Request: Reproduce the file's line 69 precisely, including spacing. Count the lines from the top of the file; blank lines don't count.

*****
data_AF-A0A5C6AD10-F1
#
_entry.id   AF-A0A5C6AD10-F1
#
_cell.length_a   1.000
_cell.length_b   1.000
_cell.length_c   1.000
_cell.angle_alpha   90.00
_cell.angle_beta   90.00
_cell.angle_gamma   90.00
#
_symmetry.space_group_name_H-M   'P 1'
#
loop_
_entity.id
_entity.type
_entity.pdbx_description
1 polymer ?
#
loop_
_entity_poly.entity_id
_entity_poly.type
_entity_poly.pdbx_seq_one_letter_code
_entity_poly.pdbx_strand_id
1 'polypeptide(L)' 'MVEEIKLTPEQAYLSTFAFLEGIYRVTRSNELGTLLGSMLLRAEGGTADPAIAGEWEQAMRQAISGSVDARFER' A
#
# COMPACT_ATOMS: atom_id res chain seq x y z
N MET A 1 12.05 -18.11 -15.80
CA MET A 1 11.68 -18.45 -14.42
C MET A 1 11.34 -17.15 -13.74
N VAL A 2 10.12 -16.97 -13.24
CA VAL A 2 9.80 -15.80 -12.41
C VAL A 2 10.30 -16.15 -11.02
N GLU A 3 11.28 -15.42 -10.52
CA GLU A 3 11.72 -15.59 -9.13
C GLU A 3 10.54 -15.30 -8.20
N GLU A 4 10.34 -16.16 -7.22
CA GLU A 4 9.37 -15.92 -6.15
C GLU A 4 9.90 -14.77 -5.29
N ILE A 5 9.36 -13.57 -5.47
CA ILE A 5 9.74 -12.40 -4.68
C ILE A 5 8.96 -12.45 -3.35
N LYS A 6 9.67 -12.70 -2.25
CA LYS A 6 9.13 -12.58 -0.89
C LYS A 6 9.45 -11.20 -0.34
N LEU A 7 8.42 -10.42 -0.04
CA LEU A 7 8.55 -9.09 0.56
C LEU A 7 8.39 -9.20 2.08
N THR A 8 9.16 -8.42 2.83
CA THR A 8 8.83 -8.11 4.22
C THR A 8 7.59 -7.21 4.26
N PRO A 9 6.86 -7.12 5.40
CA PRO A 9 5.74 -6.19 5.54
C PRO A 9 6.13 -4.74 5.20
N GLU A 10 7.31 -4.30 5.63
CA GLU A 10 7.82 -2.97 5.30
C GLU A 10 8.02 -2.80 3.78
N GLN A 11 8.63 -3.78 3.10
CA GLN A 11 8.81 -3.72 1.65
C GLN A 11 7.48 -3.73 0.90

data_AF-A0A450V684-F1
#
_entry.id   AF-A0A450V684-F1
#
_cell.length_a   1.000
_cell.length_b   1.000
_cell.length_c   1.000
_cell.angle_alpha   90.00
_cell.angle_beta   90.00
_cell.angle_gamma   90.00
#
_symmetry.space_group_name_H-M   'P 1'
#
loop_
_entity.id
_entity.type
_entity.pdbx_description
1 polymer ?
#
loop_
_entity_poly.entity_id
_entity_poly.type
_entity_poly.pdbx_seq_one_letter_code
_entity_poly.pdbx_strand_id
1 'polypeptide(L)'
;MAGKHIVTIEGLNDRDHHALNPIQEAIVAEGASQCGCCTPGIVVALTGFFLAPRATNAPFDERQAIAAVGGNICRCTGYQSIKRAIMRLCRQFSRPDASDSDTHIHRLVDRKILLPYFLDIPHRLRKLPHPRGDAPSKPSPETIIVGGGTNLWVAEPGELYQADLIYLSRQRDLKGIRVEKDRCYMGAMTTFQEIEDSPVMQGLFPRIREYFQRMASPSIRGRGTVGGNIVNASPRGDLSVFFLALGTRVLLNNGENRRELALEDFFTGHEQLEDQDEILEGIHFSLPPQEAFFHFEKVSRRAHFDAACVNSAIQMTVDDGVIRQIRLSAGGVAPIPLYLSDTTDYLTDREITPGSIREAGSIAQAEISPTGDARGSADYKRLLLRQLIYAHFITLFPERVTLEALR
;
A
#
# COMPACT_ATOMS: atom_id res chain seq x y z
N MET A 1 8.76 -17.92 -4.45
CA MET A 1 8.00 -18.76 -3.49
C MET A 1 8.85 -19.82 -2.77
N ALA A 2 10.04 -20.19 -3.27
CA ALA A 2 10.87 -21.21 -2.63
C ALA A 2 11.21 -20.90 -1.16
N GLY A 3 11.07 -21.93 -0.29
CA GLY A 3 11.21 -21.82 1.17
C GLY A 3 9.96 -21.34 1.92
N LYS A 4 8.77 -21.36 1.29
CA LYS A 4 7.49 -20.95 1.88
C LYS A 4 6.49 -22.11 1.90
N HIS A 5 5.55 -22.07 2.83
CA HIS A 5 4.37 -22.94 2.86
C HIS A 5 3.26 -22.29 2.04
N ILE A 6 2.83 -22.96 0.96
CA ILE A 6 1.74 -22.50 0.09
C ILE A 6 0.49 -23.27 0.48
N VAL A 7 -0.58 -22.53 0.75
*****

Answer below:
_cell.angle_beta   90.00